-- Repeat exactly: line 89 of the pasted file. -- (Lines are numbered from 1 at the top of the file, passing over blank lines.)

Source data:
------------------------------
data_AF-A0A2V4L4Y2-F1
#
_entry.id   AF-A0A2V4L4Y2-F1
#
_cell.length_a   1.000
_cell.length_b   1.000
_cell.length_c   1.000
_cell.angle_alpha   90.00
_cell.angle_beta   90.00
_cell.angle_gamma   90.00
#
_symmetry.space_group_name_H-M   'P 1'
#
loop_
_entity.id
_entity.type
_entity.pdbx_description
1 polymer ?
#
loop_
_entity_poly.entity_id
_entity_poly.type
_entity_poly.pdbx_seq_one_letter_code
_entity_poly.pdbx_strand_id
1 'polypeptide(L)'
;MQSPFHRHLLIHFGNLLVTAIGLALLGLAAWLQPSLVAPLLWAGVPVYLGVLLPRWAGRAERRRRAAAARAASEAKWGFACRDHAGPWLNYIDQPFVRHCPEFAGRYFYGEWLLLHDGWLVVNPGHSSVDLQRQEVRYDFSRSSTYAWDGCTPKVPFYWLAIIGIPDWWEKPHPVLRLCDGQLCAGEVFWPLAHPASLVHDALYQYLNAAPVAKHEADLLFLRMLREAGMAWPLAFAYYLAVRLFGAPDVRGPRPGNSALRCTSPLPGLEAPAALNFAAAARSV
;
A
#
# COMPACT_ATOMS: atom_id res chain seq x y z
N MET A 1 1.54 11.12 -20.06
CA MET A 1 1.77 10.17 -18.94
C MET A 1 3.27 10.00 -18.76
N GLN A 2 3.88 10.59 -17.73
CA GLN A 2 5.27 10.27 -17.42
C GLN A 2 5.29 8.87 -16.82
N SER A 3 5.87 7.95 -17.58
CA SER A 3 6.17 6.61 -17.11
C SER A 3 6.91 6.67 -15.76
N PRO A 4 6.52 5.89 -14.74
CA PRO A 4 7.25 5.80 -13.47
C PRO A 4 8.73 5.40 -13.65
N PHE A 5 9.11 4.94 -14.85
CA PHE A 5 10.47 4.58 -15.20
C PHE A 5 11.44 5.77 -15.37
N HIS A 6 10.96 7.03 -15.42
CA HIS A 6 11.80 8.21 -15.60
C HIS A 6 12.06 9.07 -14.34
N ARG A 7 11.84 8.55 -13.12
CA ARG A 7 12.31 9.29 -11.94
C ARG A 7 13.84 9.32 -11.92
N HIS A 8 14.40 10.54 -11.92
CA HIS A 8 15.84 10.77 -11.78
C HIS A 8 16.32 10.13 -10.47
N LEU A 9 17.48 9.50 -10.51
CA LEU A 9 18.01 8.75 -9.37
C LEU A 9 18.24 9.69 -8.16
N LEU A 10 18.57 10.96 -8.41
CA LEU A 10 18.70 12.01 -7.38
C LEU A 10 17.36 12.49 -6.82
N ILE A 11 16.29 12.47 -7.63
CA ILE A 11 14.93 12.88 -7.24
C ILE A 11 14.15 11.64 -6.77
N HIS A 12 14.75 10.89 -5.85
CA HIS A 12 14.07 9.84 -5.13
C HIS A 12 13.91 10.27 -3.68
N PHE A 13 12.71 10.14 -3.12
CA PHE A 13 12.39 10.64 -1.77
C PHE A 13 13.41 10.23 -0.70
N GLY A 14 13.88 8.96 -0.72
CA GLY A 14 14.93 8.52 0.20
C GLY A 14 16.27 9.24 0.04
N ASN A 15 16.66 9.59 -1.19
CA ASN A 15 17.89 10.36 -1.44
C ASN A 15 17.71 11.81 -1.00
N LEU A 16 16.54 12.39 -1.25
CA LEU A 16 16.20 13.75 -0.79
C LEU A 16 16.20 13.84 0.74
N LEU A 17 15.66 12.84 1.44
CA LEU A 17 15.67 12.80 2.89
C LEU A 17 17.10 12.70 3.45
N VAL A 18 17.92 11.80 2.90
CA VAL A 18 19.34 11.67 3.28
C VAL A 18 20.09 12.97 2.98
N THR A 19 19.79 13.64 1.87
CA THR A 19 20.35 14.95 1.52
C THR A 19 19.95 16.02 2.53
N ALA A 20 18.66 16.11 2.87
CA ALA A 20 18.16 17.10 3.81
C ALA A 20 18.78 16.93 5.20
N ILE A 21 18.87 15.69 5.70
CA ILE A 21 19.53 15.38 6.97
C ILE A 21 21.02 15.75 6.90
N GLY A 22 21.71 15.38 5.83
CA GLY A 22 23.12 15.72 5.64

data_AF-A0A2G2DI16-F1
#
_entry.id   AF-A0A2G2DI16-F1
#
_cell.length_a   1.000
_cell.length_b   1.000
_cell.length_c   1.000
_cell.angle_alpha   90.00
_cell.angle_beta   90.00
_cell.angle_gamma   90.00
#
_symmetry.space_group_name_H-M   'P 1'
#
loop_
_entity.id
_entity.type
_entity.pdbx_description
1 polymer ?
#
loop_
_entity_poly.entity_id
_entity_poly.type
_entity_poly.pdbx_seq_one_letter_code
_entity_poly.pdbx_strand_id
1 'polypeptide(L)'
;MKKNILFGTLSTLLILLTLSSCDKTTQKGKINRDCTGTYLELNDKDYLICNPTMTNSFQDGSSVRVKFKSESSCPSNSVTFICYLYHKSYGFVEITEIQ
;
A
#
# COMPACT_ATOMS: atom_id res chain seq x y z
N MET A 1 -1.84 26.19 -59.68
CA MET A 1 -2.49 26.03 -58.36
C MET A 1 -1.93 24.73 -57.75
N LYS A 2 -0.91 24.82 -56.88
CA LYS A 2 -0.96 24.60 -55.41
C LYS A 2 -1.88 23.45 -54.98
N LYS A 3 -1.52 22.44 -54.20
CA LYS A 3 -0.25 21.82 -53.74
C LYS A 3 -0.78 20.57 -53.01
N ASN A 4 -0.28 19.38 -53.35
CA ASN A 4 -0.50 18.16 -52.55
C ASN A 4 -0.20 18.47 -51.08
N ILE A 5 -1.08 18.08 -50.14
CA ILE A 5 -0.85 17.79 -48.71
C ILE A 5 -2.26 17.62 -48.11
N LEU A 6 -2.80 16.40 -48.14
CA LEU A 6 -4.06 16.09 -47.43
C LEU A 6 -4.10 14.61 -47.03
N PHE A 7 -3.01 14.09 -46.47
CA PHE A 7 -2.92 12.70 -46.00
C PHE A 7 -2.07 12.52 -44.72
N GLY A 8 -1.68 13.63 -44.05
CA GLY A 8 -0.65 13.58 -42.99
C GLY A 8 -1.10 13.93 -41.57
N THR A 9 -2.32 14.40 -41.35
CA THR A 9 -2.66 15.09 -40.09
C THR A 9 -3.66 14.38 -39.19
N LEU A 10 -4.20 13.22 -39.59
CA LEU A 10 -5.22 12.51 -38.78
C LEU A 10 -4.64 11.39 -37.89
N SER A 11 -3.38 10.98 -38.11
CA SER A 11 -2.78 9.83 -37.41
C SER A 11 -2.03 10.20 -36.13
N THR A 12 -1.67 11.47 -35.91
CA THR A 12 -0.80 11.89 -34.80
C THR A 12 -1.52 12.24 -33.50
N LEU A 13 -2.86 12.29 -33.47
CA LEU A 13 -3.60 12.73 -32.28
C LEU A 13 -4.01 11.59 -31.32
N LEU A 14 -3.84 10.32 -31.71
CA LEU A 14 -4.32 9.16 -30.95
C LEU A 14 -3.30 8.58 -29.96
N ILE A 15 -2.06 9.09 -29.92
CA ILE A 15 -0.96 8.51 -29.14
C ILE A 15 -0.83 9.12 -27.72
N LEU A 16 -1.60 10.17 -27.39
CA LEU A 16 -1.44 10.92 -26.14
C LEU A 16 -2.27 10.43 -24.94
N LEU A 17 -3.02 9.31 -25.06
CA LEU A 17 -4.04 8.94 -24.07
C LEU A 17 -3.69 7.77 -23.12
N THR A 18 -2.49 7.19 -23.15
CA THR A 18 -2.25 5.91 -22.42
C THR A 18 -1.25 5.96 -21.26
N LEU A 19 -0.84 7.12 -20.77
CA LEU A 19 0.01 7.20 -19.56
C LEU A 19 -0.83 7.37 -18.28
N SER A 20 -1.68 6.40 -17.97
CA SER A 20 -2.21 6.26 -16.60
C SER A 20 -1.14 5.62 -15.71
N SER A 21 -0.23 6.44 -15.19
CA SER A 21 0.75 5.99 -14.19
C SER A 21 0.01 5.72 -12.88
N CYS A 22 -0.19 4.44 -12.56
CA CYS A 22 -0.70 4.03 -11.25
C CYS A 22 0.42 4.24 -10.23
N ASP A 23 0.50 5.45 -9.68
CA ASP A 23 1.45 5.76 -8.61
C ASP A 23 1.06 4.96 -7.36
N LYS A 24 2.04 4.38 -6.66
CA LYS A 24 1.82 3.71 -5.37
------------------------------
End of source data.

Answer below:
CA ALA A 20 18.16 17.10 3.81